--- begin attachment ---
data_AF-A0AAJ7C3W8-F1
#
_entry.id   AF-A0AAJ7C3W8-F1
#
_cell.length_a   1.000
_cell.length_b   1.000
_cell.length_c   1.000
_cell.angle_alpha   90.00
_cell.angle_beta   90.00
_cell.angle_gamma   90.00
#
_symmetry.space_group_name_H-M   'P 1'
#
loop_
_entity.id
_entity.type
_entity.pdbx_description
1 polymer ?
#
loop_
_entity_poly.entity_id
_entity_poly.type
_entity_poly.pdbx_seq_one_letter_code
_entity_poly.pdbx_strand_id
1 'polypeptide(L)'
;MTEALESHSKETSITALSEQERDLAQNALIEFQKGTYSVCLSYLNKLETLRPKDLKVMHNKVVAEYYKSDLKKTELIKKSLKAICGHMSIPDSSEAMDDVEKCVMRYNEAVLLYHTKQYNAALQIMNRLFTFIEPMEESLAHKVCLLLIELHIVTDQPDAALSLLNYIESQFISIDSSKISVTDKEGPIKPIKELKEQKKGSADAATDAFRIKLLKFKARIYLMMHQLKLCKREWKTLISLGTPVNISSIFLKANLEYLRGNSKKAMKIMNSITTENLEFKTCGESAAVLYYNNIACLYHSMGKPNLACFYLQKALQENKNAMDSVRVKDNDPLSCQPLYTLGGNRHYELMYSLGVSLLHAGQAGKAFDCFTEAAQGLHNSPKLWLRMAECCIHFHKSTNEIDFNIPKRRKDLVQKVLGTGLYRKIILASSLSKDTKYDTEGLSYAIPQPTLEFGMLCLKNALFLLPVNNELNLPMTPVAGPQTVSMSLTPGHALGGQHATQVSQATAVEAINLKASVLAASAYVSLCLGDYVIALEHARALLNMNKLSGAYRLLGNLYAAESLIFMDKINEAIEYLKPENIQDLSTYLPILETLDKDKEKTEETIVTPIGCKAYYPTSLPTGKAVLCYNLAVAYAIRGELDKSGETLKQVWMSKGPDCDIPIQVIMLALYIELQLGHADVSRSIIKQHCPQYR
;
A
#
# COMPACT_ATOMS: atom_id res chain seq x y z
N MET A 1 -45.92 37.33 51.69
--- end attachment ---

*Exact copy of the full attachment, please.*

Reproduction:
data_AF-A0AAJ7C3W8-F1
#
_entry.id   AF-A0AAJ7C3W8-F1
#
_cell.length_a   1.000
_cell.length_b   1.000
_cell.length_c   1.000
_cell.angle_alpha   90.00
_cell.angle_beta   90.00
_cell.angle_gamma   90.00
#
_symmetry.space_group_name_H-M   'P 1'
#
loop_
_entity.id
_entity.type
_entity.pdbx_description
1 polymer ?
#
loop_
_entity_poly.entity_id
_entity_poly.type
_entity_poly.pdbx_seq_one_letter_code
_entity_poly.pdbx_strand_id
1 'polypeptide(L)'
;MTEALESHSKETSITALSEQERDLAQNALIEFQKGTYSVCLSYLNKLETLRPKDLKVMHNKVVAEYYKSDLKKTELIKKSLKAICGHMSIPDSSEAMDDVEKCVMRYNEAVLLYHTKQYNAALQIMNRLFTFIEPMEESLAHKVCLLLIELHIVTDQPDAALSLLNYIESQFISIDSSKISVTDKEGPIKPIKELKEQKKGSADAATDAFRIKLLKFKARIYLMMHQLKLCKREWKTLISLGTPVNISSIFLKANLEYLRGNSKKAMKIMNSITTENLEFKTCGESAAVLYYNNIACLYHSMGKPNLACFYLQKALQENKNAMDSVRVKDNDPLSCQPLYTLGGNRHYELMYSLGVSLLHAGQAGKAFDCFTEAAQGLHNSPKLWLRMAECCIHFHKSTNEIDFNIPKRRKDLVQKVLGTGLYRKIILASSLSKDTKYDTEGLSYAIPQPTLEFGMLCLKNALFLLPVNNELNLPMTPVAGPQTVSMSLTPGHALGGQHATQVSQATAVEAINLKASVLAASAYVSLCLGDYVIALEHARALLNMNKLSGAYRLLGNLYAAESLIFMDKINEAIEYLKPENIQDLSTYLPILETLDKDKEKTEETIVTPIGCKAYYPTSLPTGKAVLCYNLAVAYAIRGELDKSGETLKQVWMSKGPDCDIPIQVIMLALYIELQLGHADVSRSIIKQHCPQYR
;
A
#
# COMPACT_ATOMS: atom_id res chain seq x y z
N MET A 1 -45.92 37.33 51.69